Thought 1: If they build it, we may come
Thought 2: “Whether or not” in Sanlitun
Thought 3: Living the lowlife on Lotus Lane
Thought 4: The F&B scene takes a pre-Olympics breather?
Thought 5: Flaming Fuwa
Thought 6: Continental drink
Thought 7: The Parallel Bars?
Thought 8: No kangaroos, and other guidelines
Thought 9: A few good men
Thought 10: Someone call programming

Sips and slurps: Cafe de la Poste, OT Lounge, I/5 Taverna, and more

Last night, I had a T-bone steak so big that it needed a postal code. The place: Cafe de la Poste. The price: 96 kuai. The context: We were two ravenous souls in search of solid stomach filler after tasting 15 wines in western Beijing (writeup soon). Our slabs of meat came nicely cooked and with perfectly seasoned potatoes, thus providing an antidote for a wee too much Shiraz. (Thanks to WG for the suggestion.)

Last week, I parked on the deck at OT Lounge during happy hour and had a tasty glass of Cabernet-Shiraz (25 kuai, 5-8 PM daily; 35-45 kuai regularly) and a plate of Macanese-style beef noodles (28 kuai). This is a nice spot to chill out and watch life go by – the locals, the expatriate residents, the tourists loaded down with shopping bags, the traffic (well, maybe not the traffic). OT also offers regular live music inside.

I recently tried the lunch special at 1/5 Taverna, in 1949: The Hidden City. The mozzarella and tomato salad and the risotto both ranked as “OK.” What helps make the meal worth RMB68 is the restaurant’s ambiance – the sedate lighting, high ceilings, and natural materials (stone, brick, etc), as well as the grass and trees visible through the window, combine to lower workday stress.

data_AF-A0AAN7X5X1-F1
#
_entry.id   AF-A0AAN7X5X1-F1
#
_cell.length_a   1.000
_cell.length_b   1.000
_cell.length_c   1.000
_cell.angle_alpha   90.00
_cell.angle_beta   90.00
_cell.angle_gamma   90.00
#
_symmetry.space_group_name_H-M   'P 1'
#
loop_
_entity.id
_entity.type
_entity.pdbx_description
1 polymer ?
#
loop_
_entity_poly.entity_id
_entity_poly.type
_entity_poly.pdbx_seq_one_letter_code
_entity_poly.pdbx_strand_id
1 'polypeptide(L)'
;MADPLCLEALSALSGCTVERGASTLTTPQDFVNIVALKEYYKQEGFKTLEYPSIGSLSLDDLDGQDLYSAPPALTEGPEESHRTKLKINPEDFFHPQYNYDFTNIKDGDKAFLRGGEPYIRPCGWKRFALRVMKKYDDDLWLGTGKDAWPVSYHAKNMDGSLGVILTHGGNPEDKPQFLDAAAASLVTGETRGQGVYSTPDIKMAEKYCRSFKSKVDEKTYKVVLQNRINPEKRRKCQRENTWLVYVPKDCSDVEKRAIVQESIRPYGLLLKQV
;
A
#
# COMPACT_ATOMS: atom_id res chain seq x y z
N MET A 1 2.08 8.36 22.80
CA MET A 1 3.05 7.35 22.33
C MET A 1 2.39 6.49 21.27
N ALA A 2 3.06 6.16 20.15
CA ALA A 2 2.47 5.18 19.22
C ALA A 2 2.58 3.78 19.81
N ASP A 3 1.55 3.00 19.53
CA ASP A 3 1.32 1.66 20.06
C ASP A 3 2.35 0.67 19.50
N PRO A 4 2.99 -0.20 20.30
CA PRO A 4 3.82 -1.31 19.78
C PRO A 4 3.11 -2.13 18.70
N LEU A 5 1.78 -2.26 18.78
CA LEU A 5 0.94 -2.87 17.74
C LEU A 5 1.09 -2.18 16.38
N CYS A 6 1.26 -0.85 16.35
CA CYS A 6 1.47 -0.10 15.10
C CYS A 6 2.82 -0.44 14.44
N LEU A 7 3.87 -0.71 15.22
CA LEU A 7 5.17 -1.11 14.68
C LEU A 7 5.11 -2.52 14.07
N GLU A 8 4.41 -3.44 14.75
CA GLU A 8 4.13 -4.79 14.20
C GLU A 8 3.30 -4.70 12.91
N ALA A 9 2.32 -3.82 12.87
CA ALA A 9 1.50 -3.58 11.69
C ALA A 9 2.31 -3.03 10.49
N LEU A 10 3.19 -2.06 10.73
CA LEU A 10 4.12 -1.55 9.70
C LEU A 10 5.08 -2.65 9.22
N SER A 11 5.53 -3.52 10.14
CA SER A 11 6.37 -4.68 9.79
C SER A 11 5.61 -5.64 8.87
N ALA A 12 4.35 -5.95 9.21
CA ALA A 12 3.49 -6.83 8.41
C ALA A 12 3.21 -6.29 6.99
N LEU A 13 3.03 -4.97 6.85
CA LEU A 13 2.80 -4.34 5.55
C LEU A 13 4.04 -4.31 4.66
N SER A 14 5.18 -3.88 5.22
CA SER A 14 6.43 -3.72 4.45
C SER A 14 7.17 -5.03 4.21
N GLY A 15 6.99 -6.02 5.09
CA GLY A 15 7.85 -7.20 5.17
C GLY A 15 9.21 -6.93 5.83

I still think Revelations offers one of the best-value set lunches in town – and I emphasis lunch, since several people told me, “Hey, I went for dinner and it isn’t that cheap!” While the place no longer provides complimentary water when you arrive, RMB48 is still a good deal for homemade bread, soup or salad, and a main course (coffee can be tacked on, from RMB10).

Finally, another plug for Pacific Coffee, which offers its largest size of daily brew for RMB22, a tasty roast chicken and avocado panini for RMB22, and comfortable sofas and armchairs.


Luga’s: Shut down last week, this place has re-opened.

Enoteca: Opened two weeks ago, this place has closed, but hopes to be pouring wine again in a few days.

Get paid to eat: City Weekend seeks dining editor

City Weekend is in search of a dining editor to “cover the best of Beijing’s cuisine, high end restaurants and fine wines.” Media experience, decent writing skills and functional Mandarin are among the skills desired. “Competitive salary and full benefits” (and a Z visa) are among the benefits offered. Those interested, should send their CV and cover letter to Lee Mack at